Hooray for the J: 100 Years on the J Church
Today marks the 100-year anniversary of Muni's J Church rail line. Still looking spry for a centenarian, the J has operated since 1917, and it still essentially runs along the same route down Market and Church streets, through Dolores Park and Noe Valley.
While it’s not the oldest transit line in the city, the J Church is the oldest of Muni’s remaining original “letter lines," and it follows a unique path along its roughly seven-mile route.
A J Line streetcar stops next to a fire truck outside Everett Middle School on Church at 17th Street in 1934.
Most of the J Line tracks were completed by mid-1916, but it remained incomplete in key sections due to squabbling between the private United Railroads Company, the City of San Francisco and residents who lived near the new line.
A view of the J Line tracks under construction circa 1915, at the northwest corner of Dolores Park near Church and 18th streets.
For several years, a group of San Franciscans who lived on the steep portion of Church Street over Dolores Heights lobbied for the line to be served by cable cars instead of electric streetcars in their neighborhood. But by this time, most saw cable cars as outdated and slow forms of transit, and the J prevailed as a streetcar line.
The line was, however, built with a unique route to tackle Dolores Heights. Instead of a straight path over the hill, the J line was built on a serpentine path through a cut in Dolores Park, and with "S” curves south of the park, to allow streetcars to climb and descend the grade with ease.
On its opening day of August 11, 1917, a crowd of people swarmed Dolores Park to watch the first streetcars operate on the J Church.
After the arguments and the construction dust settled, the J Church made its debut to great fanfare on Aug. 11, 1917. On a sunny Saturday, a throng of residents watched as the first streetcar, operated by Mayor James Rolph, motored up the tracks into Dolores Park.
Streetcars lay over at the J Church terminal at Church and 30th streets in Noe Valley on the evening of March 13, 1940.
For about eight decades, the J ran from the Ferry Building to its terminal at Church and 30th streets in Noe Valley, providing a vital downtown connection for residents. Even though the J continues past 30th today, the "wye track" (a triangular track junction) used for this terminal remains on 30th Street.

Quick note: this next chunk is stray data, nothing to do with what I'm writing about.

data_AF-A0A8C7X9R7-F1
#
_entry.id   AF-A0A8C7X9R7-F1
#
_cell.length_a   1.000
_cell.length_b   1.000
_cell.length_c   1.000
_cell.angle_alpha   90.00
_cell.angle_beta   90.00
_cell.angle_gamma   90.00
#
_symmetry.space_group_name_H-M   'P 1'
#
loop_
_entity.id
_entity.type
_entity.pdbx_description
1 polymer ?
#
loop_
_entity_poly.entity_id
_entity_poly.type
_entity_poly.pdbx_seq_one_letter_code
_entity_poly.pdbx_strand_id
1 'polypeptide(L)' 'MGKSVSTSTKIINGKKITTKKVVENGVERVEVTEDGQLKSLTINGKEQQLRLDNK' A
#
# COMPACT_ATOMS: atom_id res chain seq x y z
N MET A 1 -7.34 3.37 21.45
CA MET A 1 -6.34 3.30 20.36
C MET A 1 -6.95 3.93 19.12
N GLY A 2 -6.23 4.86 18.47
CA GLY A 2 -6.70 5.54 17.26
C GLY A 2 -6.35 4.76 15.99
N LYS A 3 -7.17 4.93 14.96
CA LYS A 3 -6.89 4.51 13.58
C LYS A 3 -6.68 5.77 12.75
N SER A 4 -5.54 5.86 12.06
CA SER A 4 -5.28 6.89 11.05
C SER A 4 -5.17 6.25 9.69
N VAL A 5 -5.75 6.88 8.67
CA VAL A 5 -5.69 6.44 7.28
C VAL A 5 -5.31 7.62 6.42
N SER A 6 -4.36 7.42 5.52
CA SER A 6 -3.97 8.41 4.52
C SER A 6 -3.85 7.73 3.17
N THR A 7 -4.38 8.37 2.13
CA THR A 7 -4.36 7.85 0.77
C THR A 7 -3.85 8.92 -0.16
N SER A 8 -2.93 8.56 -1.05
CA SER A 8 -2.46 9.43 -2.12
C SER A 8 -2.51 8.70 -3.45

Mission High School students wait for the J at 18th Street at the bottom of Dolores Park in February 1948 – still a familiar sight to this day.
An important benefit that the J still provides today is its service to a range of schools, from elementary to college. A century after the first streetcars rolled by Mission High School in 1917, its students can still be found riding the J.
A 1980s light rail vehicle stops at the top of Dolores Park on the J, one of Muni’s most scenic rail lines.
By the late 1970s, the BART system was operational, the Muni Metro system was nearing completion and Muni started planning to extend the J to the Balboa Park BART Station. This extension would provide better service and a new regional transit connection for the south-central part of the city. While an extension of the line had been studied as early as the 1920s, the job couldn't be completed until the 1990s.
The J Line extension was constructed along San Jose Avenue through the "Bernal Cut", a pathway built by the San Francisco & San Jose Railroad in 1863 to run trains in between the slopes of Bernal Heights and Glen Park.
An outbound J train passes by two Victorian houses at 21st and Chattanooga streets, as it has for 100 years.
Today, the J continues to provide a vital transit service enjoyed by locals and visitors alike as it snakes its way up Dolores Heights past ornate Victorian houses. No doubt, it will continue to do so for another 100 years.
Check out more historic photos of the J from the SFMTA Photo Archive online, and follow us on Twitter and Instagram.